I draw the line when activists of this three percent population segment and their panderingly politically correct elected supporters (read vote buyers) conspire to impose the homosexual agenda in ways such as mandating that school districts give equal time and space to “gay couples” and “gay concepts” in instructional materials and situations in public schools. Our public schools are in bad enough shape already without having to promote the “gay lifestyle,” an especially egregious practice when children in lower grades are subjected to it, as is the case dictated by recent California legislation. I’ll vociferously oppose any such efforts. Government at any level must not assert itself by legislating lifestyle choices and promoting one over another in the name of tolerance or anything else. Why is this any different than legislatively favoring one religion over another?
What homosexuals do among themselves is none of my business. Moreover, it is none of our government’s business. Nevertheless, I do not personally favor pandering to this tiny minority and I do not like the idea of “gay marriage.” My beef here is not with homosexuals, gay activists, anti-gay activists, the religious right, or anyone else on either side of this debate. My beef is with my elected officials for spinning their wheels, wasting time, energy, and money on this stupid hot-button issue.
With any given lifestyle comes associated perils. I chose to live in a gated community with deed restrictions. The rules state that I cannot paint my house green or pink or use red mulch. If a judge came along and said that I could paint my house bright purple because he didn’t like deed restrictions, would this serve the microcosm of my neighborhood well? Or would it just serve to further a rogue judge’s anti-homeowners’ association agenda while flipping the bird at the desires of the majority of my community? HOA and marriage laws have been on the books for a long time and those who come into the game late must play by the rules.
I detest those who attempt to fix things for themselves by finding a sympathetic judge. Let them all move to San Francisco. In any case, let’s eradicate the pustule of creative judges instead of compensating for their presence. I don’t care whether you call it “civil union,” marriage, or legitimized cohabitation, this is an issue for the states to legislate and regulate, not the federal government. Most states have the sense to define marriage as a legal union between a man and a woman; however, some liberal rogue judges running around out there who interpret these state laws rather loosely to include monosexual unions. In other words, they ignore extant laws and legislate from the bench. Wacko left wingers have long relied on this technique to circumvent laws created by elected representatives. At times, it is the only way they can “pass” their agenda. But an amendment of the U.S. Constitution is not the answer; it would be a case of two wrongs not making a right.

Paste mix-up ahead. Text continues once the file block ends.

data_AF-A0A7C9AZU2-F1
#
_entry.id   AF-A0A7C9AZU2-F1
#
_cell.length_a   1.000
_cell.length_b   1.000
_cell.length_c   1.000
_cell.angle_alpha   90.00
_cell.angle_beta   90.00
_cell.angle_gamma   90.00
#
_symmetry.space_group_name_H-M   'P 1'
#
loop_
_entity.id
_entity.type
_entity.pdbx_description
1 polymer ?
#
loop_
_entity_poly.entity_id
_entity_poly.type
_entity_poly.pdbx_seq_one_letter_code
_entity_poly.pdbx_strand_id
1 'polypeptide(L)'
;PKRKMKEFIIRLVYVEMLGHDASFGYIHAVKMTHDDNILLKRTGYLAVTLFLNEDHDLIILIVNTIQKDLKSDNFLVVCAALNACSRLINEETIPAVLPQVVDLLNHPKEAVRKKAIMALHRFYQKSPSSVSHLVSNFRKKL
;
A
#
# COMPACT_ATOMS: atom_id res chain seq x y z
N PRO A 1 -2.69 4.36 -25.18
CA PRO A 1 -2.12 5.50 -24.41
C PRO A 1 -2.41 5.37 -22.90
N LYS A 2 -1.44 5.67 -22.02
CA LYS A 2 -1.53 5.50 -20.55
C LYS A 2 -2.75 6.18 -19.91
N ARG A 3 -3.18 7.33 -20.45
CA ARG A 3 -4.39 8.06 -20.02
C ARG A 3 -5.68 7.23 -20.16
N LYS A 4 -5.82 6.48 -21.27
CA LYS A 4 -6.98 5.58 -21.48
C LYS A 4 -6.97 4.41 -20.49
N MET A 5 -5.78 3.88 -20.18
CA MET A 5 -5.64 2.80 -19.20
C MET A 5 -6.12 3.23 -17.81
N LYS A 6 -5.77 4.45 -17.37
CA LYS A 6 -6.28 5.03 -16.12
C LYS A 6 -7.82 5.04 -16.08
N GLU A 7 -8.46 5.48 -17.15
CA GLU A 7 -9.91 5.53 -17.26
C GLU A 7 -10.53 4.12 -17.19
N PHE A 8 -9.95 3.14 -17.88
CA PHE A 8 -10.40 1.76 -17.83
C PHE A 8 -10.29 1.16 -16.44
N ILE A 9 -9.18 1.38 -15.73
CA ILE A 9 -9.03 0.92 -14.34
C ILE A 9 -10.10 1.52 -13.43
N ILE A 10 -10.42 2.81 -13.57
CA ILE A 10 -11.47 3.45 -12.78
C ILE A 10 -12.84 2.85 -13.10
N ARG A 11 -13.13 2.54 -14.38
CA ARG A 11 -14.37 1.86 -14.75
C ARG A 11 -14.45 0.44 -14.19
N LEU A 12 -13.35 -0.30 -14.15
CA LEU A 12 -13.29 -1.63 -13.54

President Bush, or perhaps his handlers, apparently sees this constitutional amendment as an opportunity to “galvanize” the religious right—a desperate, flailing attempt to recapture some of the currently disgruntled voters who put him in office in 2000 and again in 2004 (admittedly against incompetent and inconsequential opposition in both cases). However, this pandering attempt is simplistic and ridiculous. Bush turns a deaf ear to to the eighty-five percent of the population who wish to protect our borders and not give amnesty to admitted law breakers, a mainstream issue that transcends party lines for all but the hardest of the hard-core, Teddy Kennedy worshipping lefties bent on the destruction of capitalism; nevertheless, he takes the time to pander to the Jerry Falwell goofballs. Our president has to run a war in Iraq (which I support, although it could have been better managed all along) and a broader war on international and domestic terrorism; he has to worry about Iran; he has to protect our borders; and he has to concern himself with dwindling energy reserves—yet this is what he wastes time on? Give me a break, Bush. If you want your support base back, veto a few profligate spending bills handed to you by the greedy-ass congress. Don’t squander your “political capital,” as you described it after winning in 2004, on nonsense like this stupid proposed amendment.
We need strong leadership in the White House and in Congress to speak up and declare this thing a big waste of time and precious legislative resources. Alas, such leadership does not exist.